Venezuela Mandates Passport Fees Must Be Paid in Controversial Cryptocurrency Petro
Petro, the cryptocurrency touted as a way out of Venezuela’s financial crisis, will become the only payment method for passports starting Oct. 8.
Venezuelans can only use the state-backed cryptocurrency, the Petro, to pay for passport fees starting next week, the country’s vice president Delcy Rodriguez said in a press conference Friday, Oct. 5.
Ahead of Petro’s official “launch” in November, Rodriguez confirmed that as of Monday, Oct. 8, fees for all passport applications will only be payable in Petro, and will cost an increased amount: 2 petros for a new passport and 1 petro for an extension.
The average monthly minimum wage in Venezuela, Bloomberg reports, is four times less than the cost of the raised passport fee.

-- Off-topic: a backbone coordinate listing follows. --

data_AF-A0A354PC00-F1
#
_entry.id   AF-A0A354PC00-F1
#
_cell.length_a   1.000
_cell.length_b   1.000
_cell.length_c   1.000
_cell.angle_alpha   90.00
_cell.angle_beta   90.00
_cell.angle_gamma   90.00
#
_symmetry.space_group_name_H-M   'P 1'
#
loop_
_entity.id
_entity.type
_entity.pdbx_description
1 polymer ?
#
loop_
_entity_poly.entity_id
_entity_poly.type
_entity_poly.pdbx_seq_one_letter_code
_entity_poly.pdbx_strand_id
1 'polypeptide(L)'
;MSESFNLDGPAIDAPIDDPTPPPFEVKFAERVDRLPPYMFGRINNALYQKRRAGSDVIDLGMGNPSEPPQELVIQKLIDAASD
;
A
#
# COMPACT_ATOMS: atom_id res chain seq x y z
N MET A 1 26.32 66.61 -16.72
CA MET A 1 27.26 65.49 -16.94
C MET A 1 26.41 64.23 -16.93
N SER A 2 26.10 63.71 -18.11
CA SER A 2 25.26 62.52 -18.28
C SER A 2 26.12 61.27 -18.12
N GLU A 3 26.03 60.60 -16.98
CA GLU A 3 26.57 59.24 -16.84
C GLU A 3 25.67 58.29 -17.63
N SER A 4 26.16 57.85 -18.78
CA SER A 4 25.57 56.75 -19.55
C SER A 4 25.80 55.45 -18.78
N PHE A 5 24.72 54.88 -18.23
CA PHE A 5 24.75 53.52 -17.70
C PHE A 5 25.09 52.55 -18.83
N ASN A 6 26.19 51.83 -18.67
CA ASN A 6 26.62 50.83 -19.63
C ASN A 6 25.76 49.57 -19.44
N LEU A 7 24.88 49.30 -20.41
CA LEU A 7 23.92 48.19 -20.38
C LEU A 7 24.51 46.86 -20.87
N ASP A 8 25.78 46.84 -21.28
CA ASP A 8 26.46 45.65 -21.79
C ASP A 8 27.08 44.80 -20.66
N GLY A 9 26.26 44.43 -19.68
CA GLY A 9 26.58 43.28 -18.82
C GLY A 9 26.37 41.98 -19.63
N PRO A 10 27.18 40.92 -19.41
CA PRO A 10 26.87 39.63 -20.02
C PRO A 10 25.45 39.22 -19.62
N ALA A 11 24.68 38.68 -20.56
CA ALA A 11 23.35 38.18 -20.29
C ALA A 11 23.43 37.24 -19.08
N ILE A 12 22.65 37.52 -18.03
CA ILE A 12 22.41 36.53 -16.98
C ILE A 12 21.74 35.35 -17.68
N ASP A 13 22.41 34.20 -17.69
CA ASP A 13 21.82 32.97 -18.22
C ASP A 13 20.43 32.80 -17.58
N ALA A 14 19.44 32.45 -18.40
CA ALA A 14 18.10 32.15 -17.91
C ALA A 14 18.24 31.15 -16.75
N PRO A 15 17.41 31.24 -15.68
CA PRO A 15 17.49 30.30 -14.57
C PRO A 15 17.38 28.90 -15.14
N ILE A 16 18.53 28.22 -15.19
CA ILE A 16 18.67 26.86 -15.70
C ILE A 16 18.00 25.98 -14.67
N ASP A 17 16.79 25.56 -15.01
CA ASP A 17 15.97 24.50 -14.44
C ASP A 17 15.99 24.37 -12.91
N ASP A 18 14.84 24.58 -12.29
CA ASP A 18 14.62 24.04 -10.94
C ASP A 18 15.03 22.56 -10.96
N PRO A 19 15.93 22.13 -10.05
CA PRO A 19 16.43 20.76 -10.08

“In the case of Venezuelans who are abroad, until the first day of November the cost will be $200 for issuance and $100 for extensions,” Rodriguez stated, according to leading Latin American newspaper El Universal.
Venezuela has sought to combat the side-effects of rampant inflation and a failing economy by embracing the use of cryptocurrency to circumvent capital controls.
As Cointelegraph reported, Petro, President Nicolas Maduro’s purported solution to the country’s economic crisis, has consistently courted controversy, with accusations last week claiming its developers copied the whitepaper of altcoin Dash.
Along with the passport fees shake-up, Rodriguez also announced the formation of a dedicated migration police force, ostensibly designed “to preserve citizen security and migratory control.”
Bloomberg notes that around 5,000 citizens flee Venezuela each day.